How to ship to FBA?


How to ship to FBA

You can ship your goods to FBA center from your warehouse in the U.S. or directly from your supplier overseas.

If you have your goods on-hand, you can ship it to FBA with any carrier as long as you can provide Amazon with tracking numbers. you would like to ship your goods directly to Amazon from your overseas supplier, keep in mind that:

  1. You must import under your own Importer of Record. Amazon will not act as your IOR. This means you are liable and responsible for any costs, risks, and compliance associated with your products.
  2. You must import into the U.S. and arrange for all freight, customs clearance, and duties paid up to Amazon’s receipt of your packages. In other words, you need to ship on DDP (Delivered Duties Paid) terms of sale.
  3. Amazon may be the “ultimate consignee” on shipping documents as long as Amazon is listed as the “care of (c/o)” party, i.e.:

[Your Importer of Record entity’s legal name] c/o FBA

[Amazon’s warehouse address]

For every shipment you send to Amazon, you need to include a Bill of Lading (BOL) along with the shipment and provide this to your carrier.

The BOL number should be included on the shipping container or pallet label for quick freight verification when the goods are delivered to the fulfillment center.

Bills of lading should include the following details:

  • Amazon reference ID and shipment ID (found in the Summary page of your shipment workflow)
  • Seller name
  • Seller address
  • Legal name of seller
  • Carrier name and SCAC code
  • Carrier’s shipping reference number
  • Unit quantity and quantity type (pallets, boxes, cartons, etc.)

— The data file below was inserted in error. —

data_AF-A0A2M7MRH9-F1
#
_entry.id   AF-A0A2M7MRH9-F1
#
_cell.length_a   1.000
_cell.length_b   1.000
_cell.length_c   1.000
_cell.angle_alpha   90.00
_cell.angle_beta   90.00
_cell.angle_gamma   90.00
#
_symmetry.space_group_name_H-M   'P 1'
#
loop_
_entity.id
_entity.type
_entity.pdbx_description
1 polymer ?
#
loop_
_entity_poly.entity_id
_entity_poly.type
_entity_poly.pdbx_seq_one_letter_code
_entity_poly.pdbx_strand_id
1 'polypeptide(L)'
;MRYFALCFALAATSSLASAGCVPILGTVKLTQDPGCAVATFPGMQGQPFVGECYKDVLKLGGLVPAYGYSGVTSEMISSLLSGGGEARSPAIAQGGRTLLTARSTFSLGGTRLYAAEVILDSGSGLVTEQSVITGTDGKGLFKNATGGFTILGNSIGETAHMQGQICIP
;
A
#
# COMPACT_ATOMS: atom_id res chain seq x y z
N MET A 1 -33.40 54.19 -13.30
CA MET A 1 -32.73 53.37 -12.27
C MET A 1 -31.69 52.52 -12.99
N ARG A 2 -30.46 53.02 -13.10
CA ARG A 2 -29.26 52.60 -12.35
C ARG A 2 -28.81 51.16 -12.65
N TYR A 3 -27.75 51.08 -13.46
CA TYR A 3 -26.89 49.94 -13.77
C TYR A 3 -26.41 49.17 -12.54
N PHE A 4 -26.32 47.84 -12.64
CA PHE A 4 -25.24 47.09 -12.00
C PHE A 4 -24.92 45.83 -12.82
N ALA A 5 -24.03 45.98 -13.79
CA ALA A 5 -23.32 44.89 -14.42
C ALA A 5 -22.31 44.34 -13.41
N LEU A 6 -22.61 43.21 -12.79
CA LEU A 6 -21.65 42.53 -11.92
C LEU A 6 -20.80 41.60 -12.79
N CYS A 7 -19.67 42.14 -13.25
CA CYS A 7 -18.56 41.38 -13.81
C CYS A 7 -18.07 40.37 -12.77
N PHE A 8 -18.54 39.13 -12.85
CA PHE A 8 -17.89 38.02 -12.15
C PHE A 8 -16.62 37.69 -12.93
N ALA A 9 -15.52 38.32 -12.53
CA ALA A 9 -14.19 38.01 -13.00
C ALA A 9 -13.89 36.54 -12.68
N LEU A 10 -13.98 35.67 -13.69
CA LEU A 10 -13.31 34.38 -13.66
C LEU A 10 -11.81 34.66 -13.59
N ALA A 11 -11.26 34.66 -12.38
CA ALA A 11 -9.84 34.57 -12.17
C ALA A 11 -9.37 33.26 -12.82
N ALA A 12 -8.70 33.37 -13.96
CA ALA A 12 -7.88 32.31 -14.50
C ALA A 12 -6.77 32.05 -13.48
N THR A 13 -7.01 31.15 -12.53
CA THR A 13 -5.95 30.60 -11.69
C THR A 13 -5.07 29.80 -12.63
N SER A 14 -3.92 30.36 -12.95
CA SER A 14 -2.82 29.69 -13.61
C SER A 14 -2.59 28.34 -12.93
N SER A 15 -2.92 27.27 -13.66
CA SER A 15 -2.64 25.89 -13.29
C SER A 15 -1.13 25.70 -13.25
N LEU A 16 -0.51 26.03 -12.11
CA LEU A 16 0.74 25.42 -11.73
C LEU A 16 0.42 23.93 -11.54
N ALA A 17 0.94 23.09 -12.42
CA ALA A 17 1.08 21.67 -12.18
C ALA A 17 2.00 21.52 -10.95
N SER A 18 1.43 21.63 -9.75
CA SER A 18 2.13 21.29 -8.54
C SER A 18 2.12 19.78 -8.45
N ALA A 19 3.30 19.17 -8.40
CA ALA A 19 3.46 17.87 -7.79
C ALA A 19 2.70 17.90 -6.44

• Markings (container seal number)

Freight forwarder will need to request a delivery appointment with the Amazon warehouse prior to delivery and they will need the BOL information to do so. Failure to present BOL information could lead to delays or – worse – the warehouse could refuse to receive the shipment altogether.

Common Mistakes

The most common errors that Amazon encounters when people ship their inventory to their warehouses involve:

  • Mislabeling: the product doesn’t match the product label
  • Missing label: the product wasn’t labeled with the Amazon product label at all
  • Barcode unreadable: the label was placed on a curve or corner and cannot be scanned, or the barcode is not clear
  • Shipping requirements issues: any of the above shipping guidelines was not followed, impeding the warehouse staff from properly receiving your products

Make sure to follow Amazon’s instructions! They are there for a reason – to make sure that Amazon can organize your inventory for you so that you can sell your products.

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